Presentations and the myth of multi-tasking


One of the great myths of modern life is that people – particularly women – can do more than one thing at a time: cook while watching TV; study while listening to music; drive while talking on the ‘phone; text while watching a presentation…


In fact, according to psychologist  Susan M Weinschenk in her very useful book 100 things every presenter needs to know about people, multitasking is a misnomer: what we actually do is switch tasks, often so rapidly that we don’t realise we are doing it.


There is one possible exception to the ‘no-such-thing-as-multitasking’ rule, according to Susan: ‘If you are doing a physical task that you have done very, very often and are very good at, then you can do that task while you are doing a mental task. So if you are an adult and you have learned to walk, then you can walk and talk at the same time.’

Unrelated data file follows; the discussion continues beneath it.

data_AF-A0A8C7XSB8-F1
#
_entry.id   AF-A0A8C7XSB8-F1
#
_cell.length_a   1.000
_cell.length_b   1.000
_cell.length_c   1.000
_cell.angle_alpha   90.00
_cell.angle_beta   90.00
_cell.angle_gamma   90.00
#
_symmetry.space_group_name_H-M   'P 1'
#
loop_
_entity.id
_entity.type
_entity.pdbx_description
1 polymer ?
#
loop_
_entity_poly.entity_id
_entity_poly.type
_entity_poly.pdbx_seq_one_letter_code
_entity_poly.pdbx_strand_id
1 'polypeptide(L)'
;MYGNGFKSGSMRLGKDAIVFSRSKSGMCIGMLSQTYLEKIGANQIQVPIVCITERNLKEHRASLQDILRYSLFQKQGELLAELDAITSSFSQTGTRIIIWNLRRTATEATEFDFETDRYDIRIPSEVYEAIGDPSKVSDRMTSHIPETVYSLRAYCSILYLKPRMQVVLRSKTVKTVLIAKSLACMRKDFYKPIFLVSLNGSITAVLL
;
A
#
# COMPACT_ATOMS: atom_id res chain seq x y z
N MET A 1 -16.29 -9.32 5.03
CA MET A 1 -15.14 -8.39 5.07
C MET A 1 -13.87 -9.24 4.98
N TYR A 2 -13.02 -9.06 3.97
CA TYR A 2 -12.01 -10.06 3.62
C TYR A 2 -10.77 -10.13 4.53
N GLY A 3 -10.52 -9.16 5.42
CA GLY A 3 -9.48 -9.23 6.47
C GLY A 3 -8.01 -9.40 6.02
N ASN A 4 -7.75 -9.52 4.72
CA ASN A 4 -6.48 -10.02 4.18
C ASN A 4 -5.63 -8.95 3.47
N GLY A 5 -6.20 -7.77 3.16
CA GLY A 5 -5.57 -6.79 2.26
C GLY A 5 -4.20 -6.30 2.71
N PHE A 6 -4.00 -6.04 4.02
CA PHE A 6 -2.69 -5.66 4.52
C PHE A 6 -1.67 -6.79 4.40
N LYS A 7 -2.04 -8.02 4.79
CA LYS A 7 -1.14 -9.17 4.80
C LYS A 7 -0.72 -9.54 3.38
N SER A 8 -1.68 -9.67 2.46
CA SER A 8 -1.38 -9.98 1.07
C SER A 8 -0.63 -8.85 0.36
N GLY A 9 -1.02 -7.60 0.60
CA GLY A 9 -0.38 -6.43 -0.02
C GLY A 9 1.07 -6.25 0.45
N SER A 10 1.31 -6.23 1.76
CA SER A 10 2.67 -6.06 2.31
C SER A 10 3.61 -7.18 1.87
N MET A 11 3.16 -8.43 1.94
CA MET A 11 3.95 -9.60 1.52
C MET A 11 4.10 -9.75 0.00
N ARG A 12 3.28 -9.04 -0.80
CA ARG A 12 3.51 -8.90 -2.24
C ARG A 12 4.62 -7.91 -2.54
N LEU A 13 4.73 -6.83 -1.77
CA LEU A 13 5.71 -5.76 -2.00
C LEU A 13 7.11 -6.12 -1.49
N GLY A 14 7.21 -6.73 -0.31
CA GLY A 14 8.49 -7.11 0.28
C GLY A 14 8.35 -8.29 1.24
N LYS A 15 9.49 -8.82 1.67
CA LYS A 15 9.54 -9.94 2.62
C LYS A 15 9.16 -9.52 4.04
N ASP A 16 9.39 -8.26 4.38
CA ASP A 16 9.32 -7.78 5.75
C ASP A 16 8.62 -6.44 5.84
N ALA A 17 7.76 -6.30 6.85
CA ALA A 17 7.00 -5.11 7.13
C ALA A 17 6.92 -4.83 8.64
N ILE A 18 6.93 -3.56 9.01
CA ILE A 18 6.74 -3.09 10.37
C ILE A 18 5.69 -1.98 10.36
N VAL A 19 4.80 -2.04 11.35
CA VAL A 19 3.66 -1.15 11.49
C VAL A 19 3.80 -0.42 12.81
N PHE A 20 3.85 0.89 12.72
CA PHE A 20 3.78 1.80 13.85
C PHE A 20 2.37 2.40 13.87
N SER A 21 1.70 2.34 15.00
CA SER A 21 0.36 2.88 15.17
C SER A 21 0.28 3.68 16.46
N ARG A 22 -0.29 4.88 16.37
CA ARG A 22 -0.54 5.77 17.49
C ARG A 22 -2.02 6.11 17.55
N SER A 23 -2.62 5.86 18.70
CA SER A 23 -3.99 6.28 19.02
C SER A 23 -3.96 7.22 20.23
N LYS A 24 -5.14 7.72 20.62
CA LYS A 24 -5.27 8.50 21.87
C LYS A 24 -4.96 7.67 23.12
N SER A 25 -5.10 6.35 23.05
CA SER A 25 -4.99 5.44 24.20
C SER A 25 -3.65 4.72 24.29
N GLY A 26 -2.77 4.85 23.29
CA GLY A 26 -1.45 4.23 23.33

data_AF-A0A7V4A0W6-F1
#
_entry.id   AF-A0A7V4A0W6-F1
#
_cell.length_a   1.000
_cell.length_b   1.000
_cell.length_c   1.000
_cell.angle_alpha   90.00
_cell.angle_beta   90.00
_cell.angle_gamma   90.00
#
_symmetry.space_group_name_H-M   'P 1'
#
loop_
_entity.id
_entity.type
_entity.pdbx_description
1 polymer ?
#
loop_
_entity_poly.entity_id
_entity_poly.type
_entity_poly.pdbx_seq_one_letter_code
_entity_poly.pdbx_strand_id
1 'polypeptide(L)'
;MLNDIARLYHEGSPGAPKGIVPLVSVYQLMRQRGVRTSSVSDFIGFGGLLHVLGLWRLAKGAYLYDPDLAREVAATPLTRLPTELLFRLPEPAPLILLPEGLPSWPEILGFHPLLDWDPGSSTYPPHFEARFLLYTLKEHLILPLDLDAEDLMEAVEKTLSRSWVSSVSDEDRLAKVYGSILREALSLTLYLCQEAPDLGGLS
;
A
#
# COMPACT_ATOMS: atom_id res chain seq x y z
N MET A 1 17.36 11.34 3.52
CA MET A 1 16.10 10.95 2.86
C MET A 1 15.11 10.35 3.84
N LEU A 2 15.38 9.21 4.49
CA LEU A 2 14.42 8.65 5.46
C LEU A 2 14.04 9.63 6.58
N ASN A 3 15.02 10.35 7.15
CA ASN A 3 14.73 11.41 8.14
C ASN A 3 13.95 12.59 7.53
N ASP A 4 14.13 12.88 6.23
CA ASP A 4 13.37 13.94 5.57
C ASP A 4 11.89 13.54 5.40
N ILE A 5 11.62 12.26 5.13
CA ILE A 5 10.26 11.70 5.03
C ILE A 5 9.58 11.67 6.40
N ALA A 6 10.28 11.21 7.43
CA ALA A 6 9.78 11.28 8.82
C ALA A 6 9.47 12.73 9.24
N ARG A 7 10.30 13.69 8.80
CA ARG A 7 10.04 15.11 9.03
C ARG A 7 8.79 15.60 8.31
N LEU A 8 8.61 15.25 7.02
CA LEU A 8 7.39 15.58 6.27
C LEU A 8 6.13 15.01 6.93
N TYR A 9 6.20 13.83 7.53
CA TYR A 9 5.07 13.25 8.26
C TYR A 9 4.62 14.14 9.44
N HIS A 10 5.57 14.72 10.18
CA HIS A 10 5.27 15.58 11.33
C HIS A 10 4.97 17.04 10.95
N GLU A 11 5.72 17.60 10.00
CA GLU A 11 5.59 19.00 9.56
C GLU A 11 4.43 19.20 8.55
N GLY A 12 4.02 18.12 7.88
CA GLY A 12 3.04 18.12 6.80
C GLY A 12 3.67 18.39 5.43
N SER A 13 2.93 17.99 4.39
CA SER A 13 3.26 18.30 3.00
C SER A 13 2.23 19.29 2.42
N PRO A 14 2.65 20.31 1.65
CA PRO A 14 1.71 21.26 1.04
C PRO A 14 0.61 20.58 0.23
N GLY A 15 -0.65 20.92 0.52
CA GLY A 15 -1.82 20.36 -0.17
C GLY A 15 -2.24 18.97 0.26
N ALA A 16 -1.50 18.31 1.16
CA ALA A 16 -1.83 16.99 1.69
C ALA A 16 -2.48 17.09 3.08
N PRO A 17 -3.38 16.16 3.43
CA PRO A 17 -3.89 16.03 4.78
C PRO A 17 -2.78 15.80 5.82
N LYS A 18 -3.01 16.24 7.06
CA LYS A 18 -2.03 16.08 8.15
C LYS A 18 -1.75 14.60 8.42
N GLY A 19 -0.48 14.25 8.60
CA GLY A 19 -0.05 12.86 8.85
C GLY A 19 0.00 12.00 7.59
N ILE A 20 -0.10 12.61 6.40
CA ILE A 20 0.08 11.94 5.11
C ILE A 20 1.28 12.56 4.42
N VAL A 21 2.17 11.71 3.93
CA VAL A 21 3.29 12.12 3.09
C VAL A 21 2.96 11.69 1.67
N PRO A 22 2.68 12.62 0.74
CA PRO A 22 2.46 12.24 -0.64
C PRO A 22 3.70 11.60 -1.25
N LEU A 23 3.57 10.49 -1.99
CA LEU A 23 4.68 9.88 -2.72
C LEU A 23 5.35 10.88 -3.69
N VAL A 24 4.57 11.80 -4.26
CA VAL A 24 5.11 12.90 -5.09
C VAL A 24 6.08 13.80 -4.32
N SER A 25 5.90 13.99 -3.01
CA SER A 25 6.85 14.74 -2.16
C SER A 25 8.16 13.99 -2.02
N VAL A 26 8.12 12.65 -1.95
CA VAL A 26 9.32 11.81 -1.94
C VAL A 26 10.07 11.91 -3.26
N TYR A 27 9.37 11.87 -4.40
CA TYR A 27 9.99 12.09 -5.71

But even walking and talking doesn’t always work very well. People talking on the ‘phone while walking are often oblivious to what is around them – including oncoming traffic! And if you receive some very bad or good or startling news while walking you are likely to stop walking in order to pay attention.


How is this relevant to presentations? Well it explains why it is such a very bad idea to display text-heavy slides and then talk your way through them.


Your audience can either read or listen. They can’t do both at once. And if they try you will be out of sync with them because reading is faster than talking and they will have reached bullet point 9 while you are still explaining bullet point 4!


The end result will be confusion and frustration as you fail to communicate the core message(s)  contained in the slide.


Death by PowerPoint has many faces – and this is one of them. Instead, go for simple slides with little or no text and strong visual impact that allow your audience to concentrate on what you are saying. You can provide as much back-up information as you like at the end of the session.